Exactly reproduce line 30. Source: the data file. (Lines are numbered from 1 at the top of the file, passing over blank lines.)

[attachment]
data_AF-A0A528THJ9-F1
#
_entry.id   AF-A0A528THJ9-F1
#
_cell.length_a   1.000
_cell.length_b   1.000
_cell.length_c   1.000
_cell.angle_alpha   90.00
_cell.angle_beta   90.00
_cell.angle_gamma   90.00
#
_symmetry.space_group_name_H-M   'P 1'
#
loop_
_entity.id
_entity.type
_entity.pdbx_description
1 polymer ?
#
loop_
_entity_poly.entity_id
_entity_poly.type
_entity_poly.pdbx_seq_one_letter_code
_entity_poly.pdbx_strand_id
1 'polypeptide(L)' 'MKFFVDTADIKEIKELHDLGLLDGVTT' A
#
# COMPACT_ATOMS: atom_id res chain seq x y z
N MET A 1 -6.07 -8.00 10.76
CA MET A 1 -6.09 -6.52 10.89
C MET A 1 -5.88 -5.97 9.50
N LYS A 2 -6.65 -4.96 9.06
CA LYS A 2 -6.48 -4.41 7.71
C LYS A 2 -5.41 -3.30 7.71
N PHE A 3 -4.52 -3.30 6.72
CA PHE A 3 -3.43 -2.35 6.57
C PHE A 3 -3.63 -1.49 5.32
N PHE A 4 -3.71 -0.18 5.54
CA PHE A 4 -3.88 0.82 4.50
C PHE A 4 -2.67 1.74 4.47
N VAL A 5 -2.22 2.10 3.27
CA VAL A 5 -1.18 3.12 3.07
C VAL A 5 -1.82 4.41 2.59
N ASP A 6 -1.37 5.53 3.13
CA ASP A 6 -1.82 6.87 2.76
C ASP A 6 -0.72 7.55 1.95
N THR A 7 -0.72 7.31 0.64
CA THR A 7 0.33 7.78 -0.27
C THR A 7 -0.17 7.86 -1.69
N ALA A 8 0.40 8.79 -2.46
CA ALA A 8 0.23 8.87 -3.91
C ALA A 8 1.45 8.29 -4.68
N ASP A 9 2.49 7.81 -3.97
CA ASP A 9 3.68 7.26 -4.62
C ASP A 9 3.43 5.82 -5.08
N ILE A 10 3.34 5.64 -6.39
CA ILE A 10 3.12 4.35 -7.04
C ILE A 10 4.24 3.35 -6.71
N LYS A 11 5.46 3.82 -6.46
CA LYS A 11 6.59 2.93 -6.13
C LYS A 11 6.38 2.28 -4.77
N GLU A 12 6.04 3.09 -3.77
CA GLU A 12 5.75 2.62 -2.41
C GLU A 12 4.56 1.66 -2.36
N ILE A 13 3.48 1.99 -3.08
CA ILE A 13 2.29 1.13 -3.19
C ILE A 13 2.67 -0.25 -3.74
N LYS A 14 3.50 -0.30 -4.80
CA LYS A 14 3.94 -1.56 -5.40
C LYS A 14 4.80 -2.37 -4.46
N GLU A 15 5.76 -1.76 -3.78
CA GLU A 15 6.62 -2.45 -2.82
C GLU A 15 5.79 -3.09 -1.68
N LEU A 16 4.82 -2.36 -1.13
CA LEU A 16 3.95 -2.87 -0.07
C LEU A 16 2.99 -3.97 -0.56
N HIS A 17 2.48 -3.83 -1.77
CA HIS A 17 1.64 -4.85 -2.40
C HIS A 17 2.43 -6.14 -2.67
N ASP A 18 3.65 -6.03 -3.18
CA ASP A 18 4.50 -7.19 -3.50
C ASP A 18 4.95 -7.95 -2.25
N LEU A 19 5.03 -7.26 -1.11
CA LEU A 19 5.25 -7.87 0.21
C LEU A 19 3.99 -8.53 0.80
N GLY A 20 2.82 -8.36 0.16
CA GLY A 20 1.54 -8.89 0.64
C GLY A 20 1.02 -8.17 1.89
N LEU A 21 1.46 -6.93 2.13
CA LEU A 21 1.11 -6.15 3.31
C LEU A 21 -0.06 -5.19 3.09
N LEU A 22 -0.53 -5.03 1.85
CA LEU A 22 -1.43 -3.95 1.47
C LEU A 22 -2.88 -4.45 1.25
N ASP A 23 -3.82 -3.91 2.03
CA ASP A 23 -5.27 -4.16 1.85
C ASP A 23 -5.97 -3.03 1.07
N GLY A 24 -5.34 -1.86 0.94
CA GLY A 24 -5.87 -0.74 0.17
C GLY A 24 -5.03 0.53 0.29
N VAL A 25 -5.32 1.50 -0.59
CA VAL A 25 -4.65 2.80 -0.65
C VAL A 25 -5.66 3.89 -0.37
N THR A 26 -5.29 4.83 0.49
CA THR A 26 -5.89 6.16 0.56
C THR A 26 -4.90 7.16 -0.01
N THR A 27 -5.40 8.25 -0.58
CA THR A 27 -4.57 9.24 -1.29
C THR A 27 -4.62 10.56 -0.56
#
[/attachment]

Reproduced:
C MET A 1 -5.88 -5.97 9.50